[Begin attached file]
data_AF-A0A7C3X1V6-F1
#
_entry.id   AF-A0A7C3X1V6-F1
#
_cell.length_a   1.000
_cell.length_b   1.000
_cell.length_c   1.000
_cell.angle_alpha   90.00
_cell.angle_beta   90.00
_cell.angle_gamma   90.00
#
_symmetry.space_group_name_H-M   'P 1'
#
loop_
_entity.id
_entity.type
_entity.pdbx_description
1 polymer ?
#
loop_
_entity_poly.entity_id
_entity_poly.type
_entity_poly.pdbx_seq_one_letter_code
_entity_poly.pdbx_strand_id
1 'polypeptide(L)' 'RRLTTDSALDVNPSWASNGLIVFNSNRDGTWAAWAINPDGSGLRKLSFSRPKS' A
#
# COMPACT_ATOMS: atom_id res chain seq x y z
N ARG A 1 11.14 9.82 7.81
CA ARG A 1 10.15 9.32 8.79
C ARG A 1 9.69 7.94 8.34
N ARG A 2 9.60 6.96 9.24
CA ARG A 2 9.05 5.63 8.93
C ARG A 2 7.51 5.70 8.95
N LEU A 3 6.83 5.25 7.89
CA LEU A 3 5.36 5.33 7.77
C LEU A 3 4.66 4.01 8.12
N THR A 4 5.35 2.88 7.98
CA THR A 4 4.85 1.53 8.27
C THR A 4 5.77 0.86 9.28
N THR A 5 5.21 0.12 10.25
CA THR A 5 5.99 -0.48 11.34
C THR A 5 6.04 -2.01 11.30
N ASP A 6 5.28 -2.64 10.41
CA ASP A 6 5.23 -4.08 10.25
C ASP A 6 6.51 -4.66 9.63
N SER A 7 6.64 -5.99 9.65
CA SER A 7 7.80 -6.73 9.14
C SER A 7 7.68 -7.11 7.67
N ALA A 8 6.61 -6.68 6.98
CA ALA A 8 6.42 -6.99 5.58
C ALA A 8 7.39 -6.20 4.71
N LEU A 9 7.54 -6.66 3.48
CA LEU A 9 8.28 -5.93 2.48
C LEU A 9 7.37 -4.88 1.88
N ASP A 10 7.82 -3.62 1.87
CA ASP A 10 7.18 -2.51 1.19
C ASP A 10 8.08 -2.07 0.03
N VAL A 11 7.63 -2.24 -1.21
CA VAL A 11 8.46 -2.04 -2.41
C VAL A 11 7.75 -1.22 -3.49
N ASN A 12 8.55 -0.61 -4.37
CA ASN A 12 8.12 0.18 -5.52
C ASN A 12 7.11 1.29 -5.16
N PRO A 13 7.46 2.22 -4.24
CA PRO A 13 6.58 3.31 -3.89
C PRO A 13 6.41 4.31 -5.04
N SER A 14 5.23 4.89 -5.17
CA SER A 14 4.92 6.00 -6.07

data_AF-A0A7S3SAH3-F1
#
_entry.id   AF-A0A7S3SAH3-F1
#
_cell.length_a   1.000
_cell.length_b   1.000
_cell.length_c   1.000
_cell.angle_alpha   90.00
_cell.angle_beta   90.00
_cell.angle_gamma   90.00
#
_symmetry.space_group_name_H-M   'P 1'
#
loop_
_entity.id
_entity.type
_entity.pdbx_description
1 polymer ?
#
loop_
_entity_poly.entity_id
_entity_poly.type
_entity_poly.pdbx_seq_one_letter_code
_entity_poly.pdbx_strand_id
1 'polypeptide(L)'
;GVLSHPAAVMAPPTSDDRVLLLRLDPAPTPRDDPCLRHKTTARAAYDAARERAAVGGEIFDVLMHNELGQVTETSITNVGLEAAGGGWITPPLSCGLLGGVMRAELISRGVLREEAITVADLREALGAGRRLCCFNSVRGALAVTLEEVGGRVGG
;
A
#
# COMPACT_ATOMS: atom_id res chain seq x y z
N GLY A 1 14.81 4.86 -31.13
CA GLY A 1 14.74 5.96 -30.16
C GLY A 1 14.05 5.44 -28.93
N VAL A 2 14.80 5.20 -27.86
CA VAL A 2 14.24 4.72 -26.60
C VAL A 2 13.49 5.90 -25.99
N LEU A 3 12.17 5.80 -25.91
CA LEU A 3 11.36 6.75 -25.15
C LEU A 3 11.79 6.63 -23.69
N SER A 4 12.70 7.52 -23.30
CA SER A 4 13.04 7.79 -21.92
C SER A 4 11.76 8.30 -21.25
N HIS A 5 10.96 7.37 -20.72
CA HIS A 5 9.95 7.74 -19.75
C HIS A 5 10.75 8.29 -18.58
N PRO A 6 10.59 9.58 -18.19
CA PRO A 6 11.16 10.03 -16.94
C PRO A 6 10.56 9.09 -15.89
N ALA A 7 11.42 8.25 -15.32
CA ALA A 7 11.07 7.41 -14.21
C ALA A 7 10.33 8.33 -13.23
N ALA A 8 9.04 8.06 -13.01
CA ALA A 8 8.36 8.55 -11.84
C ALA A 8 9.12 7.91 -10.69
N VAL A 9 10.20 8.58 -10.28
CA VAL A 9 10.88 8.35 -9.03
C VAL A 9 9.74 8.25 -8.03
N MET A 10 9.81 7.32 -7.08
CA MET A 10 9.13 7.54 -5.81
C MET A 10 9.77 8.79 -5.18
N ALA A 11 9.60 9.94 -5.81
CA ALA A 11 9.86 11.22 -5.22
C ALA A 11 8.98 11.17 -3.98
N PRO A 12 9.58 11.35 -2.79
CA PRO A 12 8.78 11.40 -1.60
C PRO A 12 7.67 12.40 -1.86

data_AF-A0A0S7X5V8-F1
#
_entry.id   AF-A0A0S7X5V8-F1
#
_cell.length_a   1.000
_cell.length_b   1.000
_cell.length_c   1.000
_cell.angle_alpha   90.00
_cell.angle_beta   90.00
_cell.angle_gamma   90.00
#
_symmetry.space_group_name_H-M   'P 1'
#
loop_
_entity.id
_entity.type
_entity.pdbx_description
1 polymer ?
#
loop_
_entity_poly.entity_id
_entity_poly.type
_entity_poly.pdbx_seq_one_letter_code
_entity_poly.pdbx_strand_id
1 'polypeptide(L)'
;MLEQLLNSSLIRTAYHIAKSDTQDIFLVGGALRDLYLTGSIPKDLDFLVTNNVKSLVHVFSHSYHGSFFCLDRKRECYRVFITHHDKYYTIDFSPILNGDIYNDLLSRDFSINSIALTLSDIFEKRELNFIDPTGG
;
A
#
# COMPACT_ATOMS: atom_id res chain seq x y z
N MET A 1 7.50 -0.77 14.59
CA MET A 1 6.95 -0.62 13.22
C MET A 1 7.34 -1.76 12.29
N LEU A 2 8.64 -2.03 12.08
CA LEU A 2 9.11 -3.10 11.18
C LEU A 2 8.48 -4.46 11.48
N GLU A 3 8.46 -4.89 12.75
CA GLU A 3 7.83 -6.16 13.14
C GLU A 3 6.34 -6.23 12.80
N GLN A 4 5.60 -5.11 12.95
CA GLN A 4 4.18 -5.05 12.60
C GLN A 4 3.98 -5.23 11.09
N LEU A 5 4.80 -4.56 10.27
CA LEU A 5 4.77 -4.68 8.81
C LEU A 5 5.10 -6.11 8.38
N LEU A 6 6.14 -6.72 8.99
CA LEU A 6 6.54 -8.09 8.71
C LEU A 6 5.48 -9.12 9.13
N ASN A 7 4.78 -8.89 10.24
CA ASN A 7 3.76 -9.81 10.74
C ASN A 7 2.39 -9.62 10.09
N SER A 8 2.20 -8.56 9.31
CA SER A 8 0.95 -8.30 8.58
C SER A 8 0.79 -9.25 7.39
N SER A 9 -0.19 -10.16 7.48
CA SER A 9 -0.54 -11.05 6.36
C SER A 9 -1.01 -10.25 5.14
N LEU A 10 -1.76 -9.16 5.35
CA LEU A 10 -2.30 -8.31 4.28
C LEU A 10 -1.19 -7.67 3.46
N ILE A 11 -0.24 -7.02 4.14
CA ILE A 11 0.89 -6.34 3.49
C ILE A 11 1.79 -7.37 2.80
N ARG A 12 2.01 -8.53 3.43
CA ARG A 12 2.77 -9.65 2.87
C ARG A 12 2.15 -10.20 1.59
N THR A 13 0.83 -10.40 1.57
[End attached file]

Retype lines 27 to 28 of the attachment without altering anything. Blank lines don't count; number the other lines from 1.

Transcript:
# COMPACT_ATOMS: atom_id res chain seq x y z
N ARG A 1 11.14 9.82 7.81